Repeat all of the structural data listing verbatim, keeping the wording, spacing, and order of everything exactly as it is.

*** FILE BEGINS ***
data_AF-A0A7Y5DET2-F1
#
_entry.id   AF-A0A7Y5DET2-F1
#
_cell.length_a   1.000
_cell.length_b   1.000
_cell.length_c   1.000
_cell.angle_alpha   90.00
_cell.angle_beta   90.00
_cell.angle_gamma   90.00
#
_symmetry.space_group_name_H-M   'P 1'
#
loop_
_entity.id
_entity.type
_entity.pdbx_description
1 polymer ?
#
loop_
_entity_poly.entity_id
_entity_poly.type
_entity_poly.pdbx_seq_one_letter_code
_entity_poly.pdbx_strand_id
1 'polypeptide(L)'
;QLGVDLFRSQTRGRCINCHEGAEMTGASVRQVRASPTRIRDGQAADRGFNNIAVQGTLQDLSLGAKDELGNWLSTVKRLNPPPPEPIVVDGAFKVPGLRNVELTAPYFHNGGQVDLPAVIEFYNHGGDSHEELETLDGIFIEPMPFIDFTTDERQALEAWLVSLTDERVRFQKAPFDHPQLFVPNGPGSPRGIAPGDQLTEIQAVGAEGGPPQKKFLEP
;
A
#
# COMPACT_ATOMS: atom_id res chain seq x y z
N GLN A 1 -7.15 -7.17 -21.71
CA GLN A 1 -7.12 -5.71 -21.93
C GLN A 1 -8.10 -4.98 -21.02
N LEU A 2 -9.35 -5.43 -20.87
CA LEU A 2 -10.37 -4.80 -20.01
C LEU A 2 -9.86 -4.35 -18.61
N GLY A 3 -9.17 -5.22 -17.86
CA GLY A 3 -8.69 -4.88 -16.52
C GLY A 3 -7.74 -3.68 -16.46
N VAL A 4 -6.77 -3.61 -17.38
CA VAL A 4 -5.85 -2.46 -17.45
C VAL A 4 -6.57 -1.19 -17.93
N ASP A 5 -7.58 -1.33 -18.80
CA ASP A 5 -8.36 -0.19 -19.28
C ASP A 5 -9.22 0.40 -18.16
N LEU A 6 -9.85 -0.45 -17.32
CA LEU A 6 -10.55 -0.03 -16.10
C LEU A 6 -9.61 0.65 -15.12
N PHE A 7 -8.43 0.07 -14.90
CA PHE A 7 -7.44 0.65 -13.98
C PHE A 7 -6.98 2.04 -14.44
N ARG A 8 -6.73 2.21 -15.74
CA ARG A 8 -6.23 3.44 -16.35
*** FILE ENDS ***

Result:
data_AF-A0A7Y5DET2-F1
#
_entry.id   AF-A0A7Y5DET2-F1
#
_cell.length_a   1.000
_cell.length_b   1.000
_cell.length_c   1.000
_cell.angle_alpha   90.00
_cell.angle_beta   90.00
_cell.angle_gamma   90.00
#
_symmetry.space_group_name_H-M   'P 1'
#
loop_
_entity.id
_entity.type
_entity.pdbx_description
1 polymer ?
#
loop_
_entity_poly.entity_id
_entity_poly.type
_entity_poly.pdbx_seq_one_letter_code
_entity_poly.pdbx_strand_id
1 'polypeptide(L)'
;QLGVDLFRSQTRGRCINCHEGAEMTGASVRQVRASPTRIRDGQAADRGFNNIAVQGTLQDLSLGAKDELGNWLSTVKRLNPPPPEPIVVDGAFKVPGLRNVELTAPYFHNGGQVDLPAVIEFYNHGGDSHEELETLDGIFIEPMPFIDFTTDERQALEAWLVSLTDERVRFQKAPFDHPQLFVPNGPGSPRGIAPGDQLTEIQAVGAEGGPPQKKFLEP
;
A
#
# COMPACT_ATOMS: atom_id res chain seq x y z
N GLN A 1 -7.15 -7.17 -21.71
CA GLN A 1 -7.12 -5.71 -21.93
C GLN A 1 -8.10 -4.98 -21.02
N LEU A 2 -9.35 -5.43 -20.87
CA LEU A 2 -10.37 -4.80 -20.01
C LEU A 2 -9.86 -4.35 -18.61
N GLY A 3 -9.17 -5.22 -17.86
CA GLY A 3 -8.69 -4.88 -16.52
C GLY A 3 -7.74 -3.68 -16.46
N VAL A 4 -6.77 -3.61 -17.38
CA VAL A 4 -5.85 -2.46 -17.45
C VAL A 4 -6.57 -1.19 -17.93
N ASP A 5 -7.58 -1.33 -18.80
CA ASP A 5 -8.36 -0.19 -19.28
C ASP A 5 -9.22 0.40 -18.16
N LEU A 6 -9.85 -0.45 -17.32
CA LEU A 6 -10.55 -0.03 -16.10
C LEU A 6 -9.61 0.65 -15.12
N PHE A 7 -8.43 0.07 -14.90
CA PHE A 7 -7.44 0.65 -13.98
C PHE A 7 -6.98 2.04 -14.44
N ARG A 8 -6.73 2.21 -15.74
CA ARG A 8 -6.23 3.44 -16.35